The Americans also just missed out on the Twinshock VMXdN overall victory, as Belgium were practically unstoppable with four consistent efforts from all of their riders each time out. They eventually took the win by twenty-six points from Germany, whilst the Twinshock UK team sat seventy-five points down on the Belgians. Most surprisingly, despite Ryan Hughes winning all four moto’s, the Americans could only garner fourth place. Which saw them miss the podium by seven points. Behind Ryno, Patrick Caps was undoubtedly the second best guy as he pushed the American all the way in the first and final moto. Moto’s two and three saw the Belgian finish third, mainly because he had to work his way up from a lacklustre start. Whilst out front, Colin Dugmore (racing for Germany) was extremely impressive, however his first and last moto’s were incomparable to his two-second place finishes. Good starts mainly helped Colin’s cause, as once he was up front he stayed there.

The Danny “Magoo” Chandler trophy wasn’t the only memorial trophy to be handed out at Farleigh Castle. The winner of the Evo 125 class – Ben Putham – also received the Richard Phillips memorial trophy, a tribute to the man who passed away at the 2010 edition of the event, the night before he was due to be piloting a CR125. That wasn’t the only tribute to be paid to Phillips however, as Michael Greenfield rode his bike to fourteenth overall (17-14-14-15), the highlight being an almost holeshot in the final moto.  As already mentioned, seventeen year old Ben Putnam took the overall victory following 1-2-1-1 moto scores, Ben was undoubtedly the best man in the class on Sunday. Phil Lewis narrowly missed out on the overall win with 2-1-2-2 moto scores, despite being extremely close to Ben in the three moto’s that he lost.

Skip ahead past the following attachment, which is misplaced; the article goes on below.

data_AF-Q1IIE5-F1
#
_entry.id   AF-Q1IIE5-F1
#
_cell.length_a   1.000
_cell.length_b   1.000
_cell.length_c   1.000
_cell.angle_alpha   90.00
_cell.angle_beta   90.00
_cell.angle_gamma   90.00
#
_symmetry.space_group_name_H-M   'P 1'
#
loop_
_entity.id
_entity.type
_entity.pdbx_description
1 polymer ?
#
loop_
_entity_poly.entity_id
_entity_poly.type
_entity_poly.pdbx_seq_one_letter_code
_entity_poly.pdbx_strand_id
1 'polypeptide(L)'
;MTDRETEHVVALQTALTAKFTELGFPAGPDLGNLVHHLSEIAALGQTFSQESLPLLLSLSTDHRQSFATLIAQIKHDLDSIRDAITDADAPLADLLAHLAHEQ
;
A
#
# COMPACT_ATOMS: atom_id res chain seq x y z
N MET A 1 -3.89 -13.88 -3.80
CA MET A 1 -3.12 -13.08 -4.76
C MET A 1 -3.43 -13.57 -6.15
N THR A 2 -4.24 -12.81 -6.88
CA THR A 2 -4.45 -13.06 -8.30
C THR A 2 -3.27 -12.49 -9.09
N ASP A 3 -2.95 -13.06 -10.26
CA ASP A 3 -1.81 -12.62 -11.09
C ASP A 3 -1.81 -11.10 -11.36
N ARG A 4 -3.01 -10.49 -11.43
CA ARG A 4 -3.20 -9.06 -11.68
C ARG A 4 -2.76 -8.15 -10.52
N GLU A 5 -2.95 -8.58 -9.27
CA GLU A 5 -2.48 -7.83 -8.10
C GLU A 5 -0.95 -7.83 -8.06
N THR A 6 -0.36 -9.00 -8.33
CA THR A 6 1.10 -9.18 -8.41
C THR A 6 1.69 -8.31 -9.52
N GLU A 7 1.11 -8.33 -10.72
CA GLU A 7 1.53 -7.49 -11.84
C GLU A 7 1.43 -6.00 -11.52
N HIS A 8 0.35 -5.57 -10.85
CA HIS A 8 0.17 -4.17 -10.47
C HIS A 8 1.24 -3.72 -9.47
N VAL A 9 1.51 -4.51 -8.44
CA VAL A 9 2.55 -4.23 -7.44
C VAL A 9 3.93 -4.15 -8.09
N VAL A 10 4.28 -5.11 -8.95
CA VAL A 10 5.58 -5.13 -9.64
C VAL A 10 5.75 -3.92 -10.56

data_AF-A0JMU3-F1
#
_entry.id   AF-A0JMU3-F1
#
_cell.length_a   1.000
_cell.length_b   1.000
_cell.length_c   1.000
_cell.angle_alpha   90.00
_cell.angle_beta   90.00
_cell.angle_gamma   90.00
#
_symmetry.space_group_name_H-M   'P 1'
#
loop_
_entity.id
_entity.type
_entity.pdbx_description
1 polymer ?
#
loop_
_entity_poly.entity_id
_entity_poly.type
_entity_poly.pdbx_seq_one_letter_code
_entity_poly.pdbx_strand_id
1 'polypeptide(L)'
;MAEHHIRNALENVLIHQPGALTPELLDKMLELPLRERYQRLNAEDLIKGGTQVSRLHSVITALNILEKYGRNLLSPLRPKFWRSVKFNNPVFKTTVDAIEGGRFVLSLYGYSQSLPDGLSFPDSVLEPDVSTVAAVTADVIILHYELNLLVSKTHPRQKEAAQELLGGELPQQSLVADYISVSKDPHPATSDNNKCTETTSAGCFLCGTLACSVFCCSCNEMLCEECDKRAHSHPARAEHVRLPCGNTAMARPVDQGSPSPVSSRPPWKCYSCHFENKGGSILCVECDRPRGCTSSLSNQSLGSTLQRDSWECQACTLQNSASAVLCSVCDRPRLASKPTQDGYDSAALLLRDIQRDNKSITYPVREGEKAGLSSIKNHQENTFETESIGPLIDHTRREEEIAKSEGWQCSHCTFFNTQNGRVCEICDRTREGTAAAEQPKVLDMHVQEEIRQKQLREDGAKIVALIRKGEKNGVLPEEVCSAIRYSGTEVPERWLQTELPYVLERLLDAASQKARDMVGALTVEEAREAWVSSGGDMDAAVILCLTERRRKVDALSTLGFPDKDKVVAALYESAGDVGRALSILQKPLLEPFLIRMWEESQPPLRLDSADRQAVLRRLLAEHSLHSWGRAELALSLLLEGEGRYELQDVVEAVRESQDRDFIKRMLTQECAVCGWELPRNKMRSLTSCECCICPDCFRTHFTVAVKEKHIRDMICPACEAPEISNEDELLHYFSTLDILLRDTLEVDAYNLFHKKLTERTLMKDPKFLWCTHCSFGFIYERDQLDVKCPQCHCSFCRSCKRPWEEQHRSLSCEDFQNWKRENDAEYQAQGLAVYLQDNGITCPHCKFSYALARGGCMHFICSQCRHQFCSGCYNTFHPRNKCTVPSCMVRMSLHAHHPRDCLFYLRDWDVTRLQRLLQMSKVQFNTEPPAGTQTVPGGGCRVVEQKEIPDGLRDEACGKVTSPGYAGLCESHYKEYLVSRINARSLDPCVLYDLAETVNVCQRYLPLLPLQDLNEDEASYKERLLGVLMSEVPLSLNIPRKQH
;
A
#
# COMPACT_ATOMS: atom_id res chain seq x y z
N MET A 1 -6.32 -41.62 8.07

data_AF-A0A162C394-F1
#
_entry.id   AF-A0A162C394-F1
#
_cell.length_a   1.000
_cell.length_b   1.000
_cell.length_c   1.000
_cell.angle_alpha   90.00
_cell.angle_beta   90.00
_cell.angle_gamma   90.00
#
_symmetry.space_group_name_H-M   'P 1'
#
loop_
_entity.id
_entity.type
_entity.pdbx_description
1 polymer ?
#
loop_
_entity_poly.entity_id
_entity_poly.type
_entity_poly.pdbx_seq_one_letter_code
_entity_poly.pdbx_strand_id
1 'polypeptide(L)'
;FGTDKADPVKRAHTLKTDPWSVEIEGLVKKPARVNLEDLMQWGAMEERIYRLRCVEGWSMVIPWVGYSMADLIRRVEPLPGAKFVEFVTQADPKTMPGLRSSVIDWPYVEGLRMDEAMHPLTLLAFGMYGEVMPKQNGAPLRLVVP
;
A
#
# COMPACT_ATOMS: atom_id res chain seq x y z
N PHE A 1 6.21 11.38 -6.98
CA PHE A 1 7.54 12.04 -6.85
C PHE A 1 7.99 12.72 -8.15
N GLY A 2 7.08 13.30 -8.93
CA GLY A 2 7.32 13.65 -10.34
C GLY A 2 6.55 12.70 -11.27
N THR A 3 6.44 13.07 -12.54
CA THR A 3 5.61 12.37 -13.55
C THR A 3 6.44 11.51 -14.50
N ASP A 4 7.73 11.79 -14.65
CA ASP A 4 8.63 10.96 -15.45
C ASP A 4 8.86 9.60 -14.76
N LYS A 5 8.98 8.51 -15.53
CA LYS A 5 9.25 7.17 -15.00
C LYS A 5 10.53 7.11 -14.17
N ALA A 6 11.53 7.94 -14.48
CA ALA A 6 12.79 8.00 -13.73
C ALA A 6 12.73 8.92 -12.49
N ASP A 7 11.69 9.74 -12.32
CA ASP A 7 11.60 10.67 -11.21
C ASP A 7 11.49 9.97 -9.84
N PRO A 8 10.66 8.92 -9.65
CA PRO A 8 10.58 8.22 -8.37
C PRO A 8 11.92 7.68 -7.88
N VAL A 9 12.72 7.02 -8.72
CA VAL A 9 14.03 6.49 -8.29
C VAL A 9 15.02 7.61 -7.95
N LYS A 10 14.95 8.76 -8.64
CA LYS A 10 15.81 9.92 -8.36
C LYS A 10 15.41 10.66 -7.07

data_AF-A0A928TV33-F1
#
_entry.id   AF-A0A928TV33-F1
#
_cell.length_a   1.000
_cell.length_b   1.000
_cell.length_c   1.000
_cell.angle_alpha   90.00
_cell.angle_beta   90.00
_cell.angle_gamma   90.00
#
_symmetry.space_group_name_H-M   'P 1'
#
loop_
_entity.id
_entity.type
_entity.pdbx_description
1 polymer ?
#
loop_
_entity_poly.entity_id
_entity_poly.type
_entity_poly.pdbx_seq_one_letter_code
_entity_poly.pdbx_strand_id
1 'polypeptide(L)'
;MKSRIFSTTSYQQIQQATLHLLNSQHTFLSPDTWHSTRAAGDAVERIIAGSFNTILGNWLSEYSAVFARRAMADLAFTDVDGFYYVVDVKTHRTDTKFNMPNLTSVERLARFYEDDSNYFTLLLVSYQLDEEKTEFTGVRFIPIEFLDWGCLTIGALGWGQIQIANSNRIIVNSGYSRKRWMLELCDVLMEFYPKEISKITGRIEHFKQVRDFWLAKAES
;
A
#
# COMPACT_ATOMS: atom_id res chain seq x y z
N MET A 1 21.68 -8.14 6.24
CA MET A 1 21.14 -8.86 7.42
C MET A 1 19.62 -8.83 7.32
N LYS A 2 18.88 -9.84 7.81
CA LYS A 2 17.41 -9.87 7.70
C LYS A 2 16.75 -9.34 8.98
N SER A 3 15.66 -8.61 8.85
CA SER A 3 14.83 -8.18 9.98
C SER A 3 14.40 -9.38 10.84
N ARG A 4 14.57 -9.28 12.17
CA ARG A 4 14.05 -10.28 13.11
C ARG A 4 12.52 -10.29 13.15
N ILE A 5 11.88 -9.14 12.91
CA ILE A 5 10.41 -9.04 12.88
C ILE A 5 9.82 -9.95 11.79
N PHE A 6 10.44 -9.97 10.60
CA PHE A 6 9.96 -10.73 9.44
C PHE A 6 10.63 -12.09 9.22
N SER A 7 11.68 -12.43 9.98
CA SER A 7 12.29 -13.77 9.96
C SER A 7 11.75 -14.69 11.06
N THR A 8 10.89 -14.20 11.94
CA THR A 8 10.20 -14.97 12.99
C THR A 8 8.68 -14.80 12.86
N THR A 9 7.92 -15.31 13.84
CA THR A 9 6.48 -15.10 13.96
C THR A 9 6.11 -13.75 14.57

Well, that’s a wrap of the 2012 Farleigh Castle VMXdN with just some of the things I noticed in some of the classes throughout the day. One thing is for sure, with every year that passes more and more big names are coming over to compete in the biggest Evo and Twinshock event in the world. The praise all riders and fans had for the event across the weekend was remarkable, and it can only get bigger and better.

Lewis Phillips

MX Vice Editor || 25